If there’s any group of people I’ve met more of in Madrid besides English assistants, it would have to be artists. The city is teeming with poets, musicians, photographers, videographers, stylists – you name it, you can find it. And I’m talking real talent here, not just “I took a class for 3 days so I’m better than you” BS.
One of those inspirational artists is actually a friend of a friend of mine. He goes by the name of Brotha CJ, and his band, The Othahood. I first saw them perform at a sold-out show at Juglar, a popular bar in Madrid’s Lavapies barrio. The entire performance was energetic, and the eclectic sounds threw curve balls at my expectations all night long. One of my favorite moments was watching him freestyle to random words on index cards. People wrote them as they walked through the door, so it wasn’t even like he had time to prepare. I’m pretty sure the man gave a solid 10 bars on “honey bun”. Now maybe I’m easily impressed, but that shit was fire to me, y’all.
So, when I heard that he was releasing a video for his single “Way Out” – a story about abandoning the 9 to 5 lifestyle and moving abroad – I thought it would be a great story to share on Ciao, Chicago! As you all may know, I also quit a full-time job to live here in Madrid. I hope that stories like mine and Brotha CJ’s give others the courage they need to believe and invest in their dreams. You never know where they may end up taking you!
Lauren: Tell us about yourself, how long have you been an artist? Who inspired you?
Brotha CJ: My name is Brotha CJ. I like to describe myself as a storyteller. I love expressing myself over any type of medium, whether it’s music, film, photography, or journalism.
I began rapping about 9 years ago after seeing the Glow in the Dark tour with Kanye West, Lupe Fiasco, and N.E.R.D. Each of those artist have been big influences on my art. They all around that time (2008) brough a unique and vivid vision to hip hop that I could really relate to.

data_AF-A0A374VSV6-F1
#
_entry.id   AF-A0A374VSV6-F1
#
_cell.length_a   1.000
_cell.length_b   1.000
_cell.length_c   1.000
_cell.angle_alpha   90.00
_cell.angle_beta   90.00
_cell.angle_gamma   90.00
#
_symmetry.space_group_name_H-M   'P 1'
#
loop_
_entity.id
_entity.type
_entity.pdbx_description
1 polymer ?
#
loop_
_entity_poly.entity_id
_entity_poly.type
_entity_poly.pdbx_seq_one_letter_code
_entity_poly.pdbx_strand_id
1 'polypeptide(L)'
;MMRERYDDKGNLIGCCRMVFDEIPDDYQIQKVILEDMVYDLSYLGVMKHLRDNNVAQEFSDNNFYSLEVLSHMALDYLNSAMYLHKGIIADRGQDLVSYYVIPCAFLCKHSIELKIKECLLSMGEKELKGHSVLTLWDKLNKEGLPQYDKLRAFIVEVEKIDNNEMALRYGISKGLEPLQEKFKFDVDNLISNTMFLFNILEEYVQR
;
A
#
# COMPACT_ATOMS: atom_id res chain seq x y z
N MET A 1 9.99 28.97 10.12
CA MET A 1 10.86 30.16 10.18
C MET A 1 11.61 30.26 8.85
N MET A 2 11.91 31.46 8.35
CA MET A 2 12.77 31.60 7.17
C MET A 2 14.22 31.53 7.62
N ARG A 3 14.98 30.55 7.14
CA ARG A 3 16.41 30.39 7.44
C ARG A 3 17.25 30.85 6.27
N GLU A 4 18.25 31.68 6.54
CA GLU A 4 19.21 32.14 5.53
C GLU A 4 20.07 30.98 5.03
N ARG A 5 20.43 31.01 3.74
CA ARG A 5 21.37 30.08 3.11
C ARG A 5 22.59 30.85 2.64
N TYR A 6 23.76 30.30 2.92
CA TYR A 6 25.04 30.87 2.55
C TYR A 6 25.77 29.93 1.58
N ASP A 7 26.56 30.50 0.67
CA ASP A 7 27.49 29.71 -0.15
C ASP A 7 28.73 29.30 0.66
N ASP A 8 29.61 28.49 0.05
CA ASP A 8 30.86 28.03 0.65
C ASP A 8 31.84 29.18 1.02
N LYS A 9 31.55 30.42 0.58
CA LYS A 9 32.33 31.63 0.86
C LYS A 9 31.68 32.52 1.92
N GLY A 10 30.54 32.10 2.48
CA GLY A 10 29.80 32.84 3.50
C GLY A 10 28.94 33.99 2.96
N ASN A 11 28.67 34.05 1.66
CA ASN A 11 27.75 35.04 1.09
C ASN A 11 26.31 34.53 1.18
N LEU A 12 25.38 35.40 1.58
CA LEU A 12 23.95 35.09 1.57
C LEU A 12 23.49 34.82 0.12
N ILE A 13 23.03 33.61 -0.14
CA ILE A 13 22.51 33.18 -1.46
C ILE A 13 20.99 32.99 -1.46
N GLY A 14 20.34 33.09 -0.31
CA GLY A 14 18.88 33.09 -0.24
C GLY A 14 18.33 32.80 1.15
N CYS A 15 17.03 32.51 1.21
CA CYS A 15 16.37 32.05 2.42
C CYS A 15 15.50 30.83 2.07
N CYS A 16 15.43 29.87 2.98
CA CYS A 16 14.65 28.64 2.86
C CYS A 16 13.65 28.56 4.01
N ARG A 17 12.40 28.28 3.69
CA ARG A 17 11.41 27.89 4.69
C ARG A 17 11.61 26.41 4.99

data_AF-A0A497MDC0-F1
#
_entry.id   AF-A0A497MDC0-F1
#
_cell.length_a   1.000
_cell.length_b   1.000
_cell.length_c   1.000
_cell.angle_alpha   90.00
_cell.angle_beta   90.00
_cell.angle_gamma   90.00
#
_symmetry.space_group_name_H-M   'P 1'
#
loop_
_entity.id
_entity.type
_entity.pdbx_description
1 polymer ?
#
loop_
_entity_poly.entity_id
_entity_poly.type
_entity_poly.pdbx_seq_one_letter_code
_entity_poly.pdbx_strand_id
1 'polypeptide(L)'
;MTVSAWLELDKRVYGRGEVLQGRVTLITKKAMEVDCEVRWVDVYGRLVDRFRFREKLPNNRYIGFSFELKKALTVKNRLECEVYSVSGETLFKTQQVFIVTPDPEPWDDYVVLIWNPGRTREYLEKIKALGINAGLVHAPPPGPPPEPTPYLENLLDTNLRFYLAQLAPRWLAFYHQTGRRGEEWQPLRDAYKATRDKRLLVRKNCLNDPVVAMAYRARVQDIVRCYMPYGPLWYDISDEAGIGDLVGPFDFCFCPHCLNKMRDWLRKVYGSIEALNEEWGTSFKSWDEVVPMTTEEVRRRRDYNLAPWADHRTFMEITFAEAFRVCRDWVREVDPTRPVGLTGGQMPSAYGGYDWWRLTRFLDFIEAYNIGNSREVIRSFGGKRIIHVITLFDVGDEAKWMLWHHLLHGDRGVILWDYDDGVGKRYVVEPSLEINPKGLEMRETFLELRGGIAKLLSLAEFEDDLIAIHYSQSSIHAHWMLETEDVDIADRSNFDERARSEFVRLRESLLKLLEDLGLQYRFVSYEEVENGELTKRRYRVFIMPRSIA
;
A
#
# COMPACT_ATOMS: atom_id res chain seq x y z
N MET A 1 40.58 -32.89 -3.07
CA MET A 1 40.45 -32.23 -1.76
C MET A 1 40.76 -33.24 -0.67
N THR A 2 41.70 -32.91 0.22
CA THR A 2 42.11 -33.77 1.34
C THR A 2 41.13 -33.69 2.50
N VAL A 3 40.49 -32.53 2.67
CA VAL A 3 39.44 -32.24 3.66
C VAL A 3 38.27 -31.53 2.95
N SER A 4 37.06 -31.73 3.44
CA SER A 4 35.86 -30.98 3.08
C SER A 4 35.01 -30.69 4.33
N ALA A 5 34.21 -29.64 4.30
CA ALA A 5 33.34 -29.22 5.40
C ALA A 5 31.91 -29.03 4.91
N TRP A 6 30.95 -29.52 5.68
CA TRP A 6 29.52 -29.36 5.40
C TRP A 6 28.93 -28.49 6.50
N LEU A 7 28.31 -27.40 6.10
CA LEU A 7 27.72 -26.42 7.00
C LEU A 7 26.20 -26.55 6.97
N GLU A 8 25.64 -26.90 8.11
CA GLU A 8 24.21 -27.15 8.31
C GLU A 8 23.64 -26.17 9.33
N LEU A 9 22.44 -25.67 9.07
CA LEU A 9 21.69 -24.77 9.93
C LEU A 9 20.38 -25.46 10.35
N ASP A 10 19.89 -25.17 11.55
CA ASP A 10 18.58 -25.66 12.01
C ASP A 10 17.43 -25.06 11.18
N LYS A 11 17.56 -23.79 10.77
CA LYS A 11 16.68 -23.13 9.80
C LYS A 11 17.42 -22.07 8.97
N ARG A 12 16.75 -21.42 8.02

When I started I was the world’s lamest rapper, but over time it became an obsession. Now I’m pretty happy with the fact gone from goofy dorm room freestyles to selling out shows with my band the Othahood.
L: Where are you originally from?
BCJ: I’m from South Jersey. Emphasis on the South because many people associate New Jersey with New York City. I grew up admiring Philadelphia, which was 25 minutes away from my suburban home.
Philadelphia meant a lot to me because most of my family was from there. Also Philly sports was there. Which during my childhood was home to Allen Iverson and the Philadelphia 76ers. They were always and underdog but they played with a ton of heart. That team hustle and attitude really stuck with me. Before I perform at concerts I write Iverson on my arm to remember to give my all and never leave the stage with regrets.
L: Your single “Way Out” is about escaping the 9 to 5 life move abroad and chase your dreams. What exactly did you do as far as work?